Mo Claiborne just wants to be part of the battle.
NFL players at training camp don't "compete'' in the same way they used to. The CBA, the salary cap, the rules ... they have all combined to lessen contact, to erase two-a-days, to value "injury-free survival'' of camp above all else.
And yet ... there will be battles.
They will come in the form of one-on-one grace, in the form of the passing of the power baton, and even in the form of psychological brutality. To wit:
Over the course of our three weeks in Oxnard, Calif., shortly after the team's July 28 arrival, wide receivers will line up, single-file, in the shadow of the goalposts on the south end of a practice field. They will be opposed, one-by-one, by a single defender. It'll often be known what route the receiver is running -- a fade route to the corner, say -- and once the ball is delivered by a quarterback ...
One-on-one grace comes into play.
Oh, it's still physical. There is still footwork and hand-fighting and body positioning. But so much of who wins and who loses here is about grace, the ability to control one's body while airborne, and to beat the other man because your hands get to the ball before his hands do, because your hands (as a defender) maybe even grab a ball and retain it ... this is football grace.
Dez Bryant lining up against Orlando Scandrick is the featured event here, for a handful of reasons. a) They haven't been healthy enough at the same time in the last 12 months to participate in this sort of thing. b) They are two of this roster's pre-eminent trash-talkers, so the show begins as they're lining up and continues well after. c) They represent the best in the business at their jobs, certainly on Dallas' roster, and ideally, beyond that.
Where does Claiborne fit in? He'll get Dez, too. And the rest of the receivers. He'll need to exhibit grace, too, as he tries to stay healthy enough to fulfill his wishes, as identified in the video above.
THE PASSING OF THE POWER BATON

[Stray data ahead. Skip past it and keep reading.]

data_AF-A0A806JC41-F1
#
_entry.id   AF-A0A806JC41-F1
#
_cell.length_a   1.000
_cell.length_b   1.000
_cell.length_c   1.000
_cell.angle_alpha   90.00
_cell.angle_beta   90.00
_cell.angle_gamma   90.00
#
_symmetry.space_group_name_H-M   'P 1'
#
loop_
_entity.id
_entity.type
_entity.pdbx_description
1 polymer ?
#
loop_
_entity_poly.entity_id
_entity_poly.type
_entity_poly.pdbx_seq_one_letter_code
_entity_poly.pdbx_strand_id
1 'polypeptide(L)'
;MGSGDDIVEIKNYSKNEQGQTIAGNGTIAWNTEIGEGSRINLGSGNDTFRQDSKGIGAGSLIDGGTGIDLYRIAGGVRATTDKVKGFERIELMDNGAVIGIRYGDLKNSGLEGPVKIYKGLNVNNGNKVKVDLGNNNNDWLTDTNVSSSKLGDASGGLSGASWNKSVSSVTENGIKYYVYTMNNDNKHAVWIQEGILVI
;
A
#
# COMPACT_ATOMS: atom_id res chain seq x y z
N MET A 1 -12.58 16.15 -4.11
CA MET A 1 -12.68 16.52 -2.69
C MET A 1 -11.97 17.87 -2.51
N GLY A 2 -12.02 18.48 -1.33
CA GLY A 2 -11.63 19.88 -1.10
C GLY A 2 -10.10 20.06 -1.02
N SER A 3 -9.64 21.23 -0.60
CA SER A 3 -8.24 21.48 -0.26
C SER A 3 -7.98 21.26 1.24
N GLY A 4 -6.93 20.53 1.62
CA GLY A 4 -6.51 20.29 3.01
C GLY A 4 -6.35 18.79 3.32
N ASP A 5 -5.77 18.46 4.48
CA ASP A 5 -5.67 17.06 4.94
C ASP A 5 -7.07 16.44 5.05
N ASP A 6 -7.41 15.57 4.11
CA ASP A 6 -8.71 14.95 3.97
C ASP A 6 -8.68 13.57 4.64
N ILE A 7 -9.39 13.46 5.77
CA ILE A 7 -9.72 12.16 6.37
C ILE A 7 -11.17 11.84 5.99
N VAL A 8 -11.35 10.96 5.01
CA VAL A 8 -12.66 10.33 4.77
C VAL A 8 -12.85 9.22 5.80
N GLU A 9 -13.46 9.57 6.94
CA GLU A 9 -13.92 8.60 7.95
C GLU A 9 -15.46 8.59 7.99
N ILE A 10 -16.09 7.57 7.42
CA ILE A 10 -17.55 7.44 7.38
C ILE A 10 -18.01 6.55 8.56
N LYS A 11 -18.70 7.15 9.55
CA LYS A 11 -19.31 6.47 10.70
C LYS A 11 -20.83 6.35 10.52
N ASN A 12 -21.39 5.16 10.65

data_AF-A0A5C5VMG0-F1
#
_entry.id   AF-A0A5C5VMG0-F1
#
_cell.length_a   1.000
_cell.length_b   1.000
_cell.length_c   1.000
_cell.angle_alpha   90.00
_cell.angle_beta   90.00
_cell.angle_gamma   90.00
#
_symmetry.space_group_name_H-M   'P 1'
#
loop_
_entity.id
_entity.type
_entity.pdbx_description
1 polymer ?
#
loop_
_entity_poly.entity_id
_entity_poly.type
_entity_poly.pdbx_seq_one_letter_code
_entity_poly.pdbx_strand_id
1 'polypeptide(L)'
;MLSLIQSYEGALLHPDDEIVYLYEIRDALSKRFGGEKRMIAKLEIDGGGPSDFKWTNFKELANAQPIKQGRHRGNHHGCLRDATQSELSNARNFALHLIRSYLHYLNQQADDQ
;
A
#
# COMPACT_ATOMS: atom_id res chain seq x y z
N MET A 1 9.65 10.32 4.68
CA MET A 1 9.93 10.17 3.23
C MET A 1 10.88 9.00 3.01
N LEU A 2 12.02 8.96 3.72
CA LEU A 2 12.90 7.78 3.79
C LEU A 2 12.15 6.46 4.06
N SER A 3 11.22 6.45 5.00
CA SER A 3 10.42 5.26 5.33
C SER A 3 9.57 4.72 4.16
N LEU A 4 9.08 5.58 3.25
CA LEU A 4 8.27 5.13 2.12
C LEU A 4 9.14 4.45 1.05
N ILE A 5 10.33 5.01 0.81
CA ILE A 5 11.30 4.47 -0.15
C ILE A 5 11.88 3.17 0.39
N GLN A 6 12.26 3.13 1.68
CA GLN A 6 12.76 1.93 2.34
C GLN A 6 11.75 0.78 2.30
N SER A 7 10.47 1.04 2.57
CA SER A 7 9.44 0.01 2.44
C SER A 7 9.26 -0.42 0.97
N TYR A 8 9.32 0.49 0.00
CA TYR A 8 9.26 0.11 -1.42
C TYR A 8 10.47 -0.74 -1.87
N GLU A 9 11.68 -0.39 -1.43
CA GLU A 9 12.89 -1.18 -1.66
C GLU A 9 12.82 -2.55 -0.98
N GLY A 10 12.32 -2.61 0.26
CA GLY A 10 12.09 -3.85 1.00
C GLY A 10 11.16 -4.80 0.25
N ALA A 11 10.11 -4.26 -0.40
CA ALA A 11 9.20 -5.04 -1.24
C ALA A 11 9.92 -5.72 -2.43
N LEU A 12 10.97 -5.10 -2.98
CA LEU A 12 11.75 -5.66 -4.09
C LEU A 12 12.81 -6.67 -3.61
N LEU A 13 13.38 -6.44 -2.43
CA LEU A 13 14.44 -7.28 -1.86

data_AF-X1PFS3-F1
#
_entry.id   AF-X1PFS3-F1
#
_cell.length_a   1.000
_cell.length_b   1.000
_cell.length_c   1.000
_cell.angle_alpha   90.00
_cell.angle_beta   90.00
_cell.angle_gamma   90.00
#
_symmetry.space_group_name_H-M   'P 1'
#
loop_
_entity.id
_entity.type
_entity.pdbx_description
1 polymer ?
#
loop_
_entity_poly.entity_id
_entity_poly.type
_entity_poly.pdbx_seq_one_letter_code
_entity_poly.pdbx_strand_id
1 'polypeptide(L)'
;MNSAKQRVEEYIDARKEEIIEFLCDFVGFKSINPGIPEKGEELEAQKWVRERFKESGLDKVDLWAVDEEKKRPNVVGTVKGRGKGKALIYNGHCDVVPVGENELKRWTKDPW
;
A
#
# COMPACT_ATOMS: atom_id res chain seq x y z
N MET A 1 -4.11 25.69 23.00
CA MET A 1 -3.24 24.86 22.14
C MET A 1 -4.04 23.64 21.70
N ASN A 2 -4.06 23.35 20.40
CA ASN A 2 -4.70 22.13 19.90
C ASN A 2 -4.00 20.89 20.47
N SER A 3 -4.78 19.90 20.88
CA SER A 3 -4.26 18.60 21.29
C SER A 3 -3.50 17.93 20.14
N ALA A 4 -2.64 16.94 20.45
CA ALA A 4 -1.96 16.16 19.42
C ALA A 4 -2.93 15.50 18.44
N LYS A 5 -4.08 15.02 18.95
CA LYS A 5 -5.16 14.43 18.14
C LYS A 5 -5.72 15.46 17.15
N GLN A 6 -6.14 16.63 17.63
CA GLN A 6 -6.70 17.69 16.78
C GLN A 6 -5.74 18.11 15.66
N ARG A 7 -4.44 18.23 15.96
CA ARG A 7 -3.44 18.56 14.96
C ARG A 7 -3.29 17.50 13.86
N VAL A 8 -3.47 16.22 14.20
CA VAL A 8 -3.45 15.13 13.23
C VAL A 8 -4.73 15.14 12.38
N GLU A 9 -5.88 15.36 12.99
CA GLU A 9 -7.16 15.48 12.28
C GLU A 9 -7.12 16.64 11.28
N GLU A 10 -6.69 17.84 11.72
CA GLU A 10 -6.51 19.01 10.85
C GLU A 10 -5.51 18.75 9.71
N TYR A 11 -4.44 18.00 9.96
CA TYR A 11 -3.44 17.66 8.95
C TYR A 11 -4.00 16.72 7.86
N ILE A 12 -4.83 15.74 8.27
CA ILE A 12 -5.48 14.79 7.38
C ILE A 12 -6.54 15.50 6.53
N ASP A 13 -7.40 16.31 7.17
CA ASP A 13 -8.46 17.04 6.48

There will be another one-on-one drill, and this will feature a single blocker against a single pass-rusher. It can get nasty, the tangle of arms and legs projecting two 300-pound forces into one another, and macho pride being challenged and displayed. But while offense vs. defense means they're "enemies'' for the moment, there is a trickle-down of teamwork that comes from this, and it's a Cowboys tradition of sorts, and All-Pro left tackle Tyron Smith is the middle chain of this tradition.
A few years ago, in 2011, future Hall-of-Fame pass-rusher DeMarcus Ware was frequently the star of this drill. The kid he victimized? Rookie Tyron Smith. Oh, Smith got in his licks, but mostly this was teacher-vs.-pupil stuff. But then, after the workouts, Ware would invite Smith to his room on the campus of the team's headquarters ... and the two of them would watch film together, including film of their day's work against one another.
In Oxnard, the chance to watch elite offensive linemen work in this drill is a treat. Martin, Frederick, Collins. But mostly, I watch Tyron Smith. Because he will work over the pass-rush kids like Mayowa and Lawrence and Gregory and Irving and Russell ... and then, I bet, he'll later hang out with them to watch film, to continue the chain of teacher to pupil ... to teacher to pupil.
Sean Lee is the guilty party. Always.
As I noted above, others trash-talk. Every year, another collection of Cowboys fans in Oxnard is shocked to learn that classy tight end Jason Witten is as mean-spirited a taunter as exists in the NFL. (He once essentially ordered safety Alan Ball off the field after beating him to a ball ... and now enjoys trying to intimidate Byron Jones, who, of course, isn't going anywhere.)
But Sean Lee doesn't just talk the talk; he annually initiates a defense-vs.-offense spirit by attacking a member of the "other team'' with a physicality that seesaws on the border of legality ... and the fuse gets lit.
It'll happen on a running play, a sweep, maybe, as it used to happen to DeMarco Murray every year. It'll be a "non-contact drill,'' but Lee will push the envelope, hit to the echo of the whistle, bash a helmet, strip the ball, and send the runner tumbling violently to the turf. Horrible words will be exchanged, the intensity of the practice will escalate, fears will be explored and wills will be tested.
“Say he lowers his shoulder on me or I take an extra hit on him and throw him down,” Lee once said in explaining his duels with DeMarco, with whom he was and is otherwise friendly. “Usually we both get up and start laughing. We have fun.”
This summer? That "fun'' will be had with rookie Ezekiel Elliott, who is on the verge of becoming this team's star but will first have to endure a football initiation of sorts.
And Sean Lee will eventually trot away from the conflict, back to the huddle, clapping his hands and smiling a crooked smile.null